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Coronavirus: Northern Ireland has enough food to feed London, says minister Edwin Poots amid calls to protect supply chain

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Agriculture minister Edwin Poots

Agriculture minister Edwin Poots

Agriculture minister Edwin Poots

Agriculture minister Edwin Poots has said there is enough food in Northern Ireland to feed the city of London and that it is important the supply chain is maintained during the coronavirus pandemic.

He said the effect of members of the public panic-buying over the last number of weeks has proved challenging as the workforce falls but demand rises.

"Numbers are down 10% in the workforce and demand is up so that's a very challenging position," he said, speaking to the BBC's Good Morning Ulster.

"The truth is that there is loads of food in Northern Ireland, we produce enough food to feed the city of London not just Northern Ireland and we will keep doing that as long as we keep processing it."

He said the farming sector is continuing to produce dairy and meat products but processing is proving more difficult due to shortfalls in staff.

"Aside from that, many of the factories wouldn't have been operating more than two metres apart so that's proving difficult for the factories to implement," he said.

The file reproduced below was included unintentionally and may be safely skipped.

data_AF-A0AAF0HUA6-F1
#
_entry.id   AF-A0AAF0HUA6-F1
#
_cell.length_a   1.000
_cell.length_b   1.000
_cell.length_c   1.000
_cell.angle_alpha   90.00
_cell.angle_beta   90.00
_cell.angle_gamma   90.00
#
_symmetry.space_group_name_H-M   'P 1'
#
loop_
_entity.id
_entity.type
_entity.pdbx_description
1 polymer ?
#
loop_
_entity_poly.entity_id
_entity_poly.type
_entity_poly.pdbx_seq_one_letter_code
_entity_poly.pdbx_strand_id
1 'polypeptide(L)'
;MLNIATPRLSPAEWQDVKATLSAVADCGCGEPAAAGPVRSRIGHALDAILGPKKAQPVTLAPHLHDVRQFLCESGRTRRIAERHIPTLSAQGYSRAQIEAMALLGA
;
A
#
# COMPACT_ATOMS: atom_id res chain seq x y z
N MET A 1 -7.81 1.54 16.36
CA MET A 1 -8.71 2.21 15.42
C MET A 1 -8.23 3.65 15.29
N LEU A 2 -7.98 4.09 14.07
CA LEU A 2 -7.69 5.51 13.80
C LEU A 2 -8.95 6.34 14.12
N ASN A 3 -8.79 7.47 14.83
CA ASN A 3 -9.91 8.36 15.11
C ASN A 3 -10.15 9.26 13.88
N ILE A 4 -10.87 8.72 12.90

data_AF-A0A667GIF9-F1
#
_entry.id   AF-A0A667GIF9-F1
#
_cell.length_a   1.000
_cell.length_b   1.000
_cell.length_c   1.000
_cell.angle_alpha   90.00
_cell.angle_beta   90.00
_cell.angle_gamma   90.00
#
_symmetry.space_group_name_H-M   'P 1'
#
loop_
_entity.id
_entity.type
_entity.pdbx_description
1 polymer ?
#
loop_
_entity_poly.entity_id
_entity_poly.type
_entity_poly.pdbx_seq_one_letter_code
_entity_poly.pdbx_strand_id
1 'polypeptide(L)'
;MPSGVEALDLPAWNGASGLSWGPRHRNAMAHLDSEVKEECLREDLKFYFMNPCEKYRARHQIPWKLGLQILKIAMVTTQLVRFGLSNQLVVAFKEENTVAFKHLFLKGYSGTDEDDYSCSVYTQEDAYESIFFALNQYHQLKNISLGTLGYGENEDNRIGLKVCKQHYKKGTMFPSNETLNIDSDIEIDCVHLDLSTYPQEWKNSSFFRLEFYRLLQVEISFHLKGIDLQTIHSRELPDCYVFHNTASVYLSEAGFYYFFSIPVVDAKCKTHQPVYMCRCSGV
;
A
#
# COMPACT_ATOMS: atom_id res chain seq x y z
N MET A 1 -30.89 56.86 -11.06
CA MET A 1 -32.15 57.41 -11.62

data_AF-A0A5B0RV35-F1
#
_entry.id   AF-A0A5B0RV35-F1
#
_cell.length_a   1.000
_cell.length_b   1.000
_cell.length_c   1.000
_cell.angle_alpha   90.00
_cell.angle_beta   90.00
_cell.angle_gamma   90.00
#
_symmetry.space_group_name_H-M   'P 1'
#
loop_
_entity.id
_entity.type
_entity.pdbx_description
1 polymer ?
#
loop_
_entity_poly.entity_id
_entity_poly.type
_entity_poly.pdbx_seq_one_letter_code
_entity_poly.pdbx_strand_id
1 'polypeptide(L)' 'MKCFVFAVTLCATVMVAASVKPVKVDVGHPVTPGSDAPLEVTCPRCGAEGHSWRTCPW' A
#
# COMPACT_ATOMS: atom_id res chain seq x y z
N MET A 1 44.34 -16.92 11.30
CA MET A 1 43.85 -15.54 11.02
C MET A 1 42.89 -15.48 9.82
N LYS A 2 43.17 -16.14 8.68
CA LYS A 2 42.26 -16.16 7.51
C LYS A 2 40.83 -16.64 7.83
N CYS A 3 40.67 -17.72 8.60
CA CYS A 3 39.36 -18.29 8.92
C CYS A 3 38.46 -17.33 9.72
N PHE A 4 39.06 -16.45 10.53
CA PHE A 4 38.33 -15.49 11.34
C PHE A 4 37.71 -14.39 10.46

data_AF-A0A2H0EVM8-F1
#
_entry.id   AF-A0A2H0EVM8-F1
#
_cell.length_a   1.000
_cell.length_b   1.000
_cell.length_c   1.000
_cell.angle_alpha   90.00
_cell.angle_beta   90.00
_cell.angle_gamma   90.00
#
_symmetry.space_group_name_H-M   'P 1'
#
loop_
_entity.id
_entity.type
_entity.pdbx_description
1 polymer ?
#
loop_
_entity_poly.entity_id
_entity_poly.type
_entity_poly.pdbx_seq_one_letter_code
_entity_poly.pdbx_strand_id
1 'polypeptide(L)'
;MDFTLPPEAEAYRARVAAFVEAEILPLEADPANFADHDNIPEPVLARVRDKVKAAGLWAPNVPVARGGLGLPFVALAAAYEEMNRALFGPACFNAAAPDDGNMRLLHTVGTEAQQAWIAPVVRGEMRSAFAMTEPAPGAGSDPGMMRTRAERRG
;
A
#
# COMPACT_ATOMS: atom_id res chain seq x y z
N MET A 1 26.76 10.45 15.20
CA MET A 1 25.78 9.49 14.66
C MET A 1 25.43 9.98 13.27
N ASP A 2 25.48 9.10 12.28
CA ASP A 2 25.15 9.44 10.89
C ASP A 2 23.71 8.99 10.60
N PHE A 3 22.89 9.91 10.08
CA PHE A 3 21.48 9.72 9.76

The minister said he hopes a new protocol for working practices, produced by Public Health England and based on World health organization recommendings, will be implemented by factories with the agreement of unions and the food chain will continue.

He called for business to take the challenges seriously. "Ultimately this problem is going to last for months," he said, adding a time may come where mechanics are seen as key workers in order to keep the food and medicine supply chain on the road.

"We need to keep that chain going, that keeps food on our shelves, medicine in our cupboards, is supported and helped to engage in their work.

"I've never seen a situation where things are as fluid as they currently are."

Responding to remarks made earlier in the week by the First and deputy First Minister which indicated manufacturing and construction businesses would be shut down if they did not comply with social distancing guidance, Mr Poots said he didn't believe this was the way forward.

"I don't believe that enforcement is the way, we need to be working with people to get the right outcomes. It's incumbent upon us to work with these companies and make sure the food ends up on the public's table," he said.

Belfast Telegraph


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